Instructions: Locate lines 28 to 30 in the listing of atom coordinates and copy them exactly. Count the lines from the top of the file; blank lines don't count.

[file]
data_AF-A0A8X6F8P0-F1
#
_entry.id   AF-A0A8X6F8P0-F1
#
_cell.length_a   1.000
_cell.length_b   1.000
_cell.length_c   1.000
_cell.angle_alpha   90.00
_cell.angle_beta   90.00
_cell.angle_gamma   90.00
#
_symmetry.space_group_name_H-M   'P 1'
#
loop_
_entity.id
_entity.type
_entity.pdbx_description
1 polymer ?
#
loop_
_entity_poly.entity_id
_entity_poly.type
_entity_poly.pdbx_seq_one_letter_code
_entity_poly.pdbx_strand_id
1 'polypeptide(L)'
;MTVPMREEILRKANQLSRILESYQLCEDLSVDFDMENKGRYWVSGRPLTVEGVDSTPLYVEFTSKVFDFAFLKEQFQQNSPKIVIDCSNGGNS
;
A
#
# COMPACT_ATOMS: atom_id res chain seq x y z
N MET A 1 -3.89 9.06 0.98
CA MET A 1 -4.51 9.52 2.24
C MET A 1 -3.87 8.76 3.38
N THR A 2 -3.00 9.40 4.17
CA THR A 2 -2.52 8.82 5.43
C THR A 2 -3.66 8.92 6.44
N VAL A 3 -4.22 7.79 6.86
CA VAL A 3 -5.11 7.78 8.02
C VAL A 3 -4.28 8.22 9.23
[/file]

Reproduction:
A
#
# COMPACT_ATOMS: atom_id res chain seq x y z